As stated in Goree: ‘It seems obvious that each case in which a defendant claims entrapment and requests an instruction on the doctrine must rest on its own facts.’ (240 A.C.A. at p. 320, 49 Cal.Rptr. at p. 395.) Unlike Goree, the evidence in the instant case did not entitle the jury to believe that the defendant had nothing to do with the narcotics traffic except as a user, and that the sale to the officer was an isolated act not intended or designed by him until suggested by the officer (cf. id., at pp. 321 and 322, 49 Cal.Rptr. 392).
The record is silent as to just what was said at the original meeting several days before the sale, or at the defendant's apartment before the departure to secure the contraband. Nevertheless, the time interval between the meetings, the fact that the proceedings for the first sale were instigated by calls from Mills to the officer and the defendant respectively, the perseverance with which defendant sought to effect the sale, the assurance manifested in offering security for the money, and his subsequent activities in soliciting the officer combine to preclude any inference which would support a finding of entrapment.
The same considerations distinguish the facts of this case from those in People v. Monteverde, supra, 236 Cal.App.2d 630, 638—642, 46 Cal.Rptr. 206 and People v. Marsden, supra, 234 Cal.App.2d 796, 798—800, 44 Cal.Rptr. 728. In the former case the evidence permitted the inference that the money offered and exhibited by the undercover agents induced the defendant, an ostensible law-abiding person of good reputation, who did not possess a stock of heroin, to secure the contraband from another for a commission payable to himself. (236 Cal.App.2d at pp. 641—642, 46 Cal.Rptr. 206.) In the latter case the appellate court found that the evidence disclosed all the classic elements of an entrapment: ‘An original contact initiated solely by the police; repeated, and unsuccessful, attempts to consummate a sale by the use of ordinary methods of offers to purchase; a final appeal to friendship with a story of special urgency; a consummation effected only as a result of such abnormal pressure.’ (234 Cal.App.2d at pp. 798—799, 44 Cal.Rptr. at p. 730.)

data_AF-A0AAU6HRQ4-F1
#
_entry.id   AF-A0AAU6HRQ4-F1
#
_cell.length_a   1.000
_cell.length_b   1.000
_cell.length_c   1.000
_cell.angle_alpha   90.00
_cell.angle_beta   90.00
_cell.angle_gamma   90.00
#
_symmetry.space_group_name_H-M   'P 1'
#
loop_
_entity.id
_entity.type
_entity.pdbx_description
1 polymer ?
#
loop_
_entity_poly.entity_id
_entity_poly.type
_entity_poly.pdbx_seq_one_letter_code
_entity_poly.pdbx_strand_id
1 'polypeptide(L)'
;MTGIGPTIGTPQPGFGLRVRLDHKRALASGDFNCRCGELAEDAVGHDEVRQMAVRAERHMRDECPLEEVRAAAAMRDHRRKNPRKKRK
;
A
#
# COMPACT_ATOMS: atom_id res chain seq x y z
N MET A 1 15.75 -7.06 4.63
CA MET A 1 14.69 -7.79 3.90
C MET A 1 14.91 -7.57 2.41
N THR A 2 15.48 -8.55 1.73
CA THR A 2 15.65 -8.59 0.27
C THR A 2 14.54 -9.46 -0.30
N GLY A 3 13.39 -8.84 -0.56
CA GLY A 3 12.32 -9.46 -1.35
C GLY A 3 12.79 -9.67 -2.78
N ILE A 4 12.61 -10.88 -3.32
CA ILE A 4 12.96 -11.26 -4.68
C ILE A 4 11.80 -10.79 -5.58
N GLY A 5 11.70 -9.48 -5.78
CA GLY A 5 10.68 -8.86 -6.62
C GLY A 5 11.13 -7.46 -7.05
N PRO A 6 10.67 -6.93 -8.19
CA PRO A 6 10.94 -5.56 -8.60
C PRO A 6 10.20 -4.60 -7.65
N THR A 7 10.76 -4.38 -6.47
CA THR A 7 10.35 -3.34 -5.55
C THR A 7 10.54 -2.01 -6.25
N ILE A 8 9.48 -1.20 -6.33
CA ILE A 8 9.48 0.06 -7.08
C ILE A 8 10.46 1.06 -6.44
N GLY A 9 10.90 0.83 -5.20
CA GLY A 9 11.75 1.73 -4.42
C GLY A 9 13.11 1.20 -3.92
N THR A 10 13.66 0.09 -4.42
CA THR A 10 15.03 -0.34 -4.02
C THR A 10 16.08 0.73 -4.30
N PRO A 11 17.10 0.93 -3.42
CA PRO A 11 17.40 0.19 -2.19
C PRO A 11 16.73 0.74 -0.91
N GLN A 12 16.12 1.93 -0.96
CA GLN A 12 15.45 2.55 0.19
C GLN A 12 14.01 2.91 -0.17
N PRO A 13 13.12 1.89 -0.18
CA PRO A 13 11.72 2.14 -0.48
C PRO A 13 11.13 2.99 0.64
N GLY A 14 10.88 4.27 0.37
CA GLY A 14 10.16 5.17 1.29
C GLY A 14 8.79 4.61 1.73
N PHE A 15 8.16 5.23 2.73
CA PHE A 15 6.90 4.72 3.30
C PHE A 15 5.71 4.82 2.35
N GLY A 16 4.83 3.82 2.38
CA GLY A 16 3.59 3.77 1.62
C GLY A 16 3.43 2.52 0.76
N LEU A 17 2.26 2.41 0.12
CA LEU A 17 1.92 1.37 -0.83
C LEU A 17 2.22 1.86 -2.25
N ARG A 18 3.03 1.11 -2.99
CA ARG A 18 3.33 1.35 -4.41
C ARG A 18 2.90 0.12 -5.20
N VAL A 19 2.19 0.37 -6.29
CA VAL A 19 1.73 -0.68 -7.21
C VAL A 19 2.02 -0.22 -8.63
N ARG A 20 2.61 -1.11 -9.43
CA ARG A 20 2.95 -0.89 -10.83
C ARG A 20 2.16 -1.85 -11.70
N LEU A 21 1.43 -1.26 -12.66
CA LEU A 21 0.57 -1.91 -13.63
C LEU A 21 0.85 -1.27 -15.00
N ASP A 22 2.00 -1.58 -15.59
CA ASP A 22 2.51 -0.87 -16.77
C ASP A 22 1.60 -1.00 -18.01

Since the evidence in this case was insufficient to sustain a finding of entrapment there was no error in the ruling of the trial court in refusing to consider such an instruction, even though such ruling was predicated upon a ground which was subsequently ruled untenable.
The appeal from the order denying the motion for a new trial (1 Criminal 5019) is dismissed. The judgment is affirmed on the appeal from the judgment sentencing the defendant (1 Criminal 5455).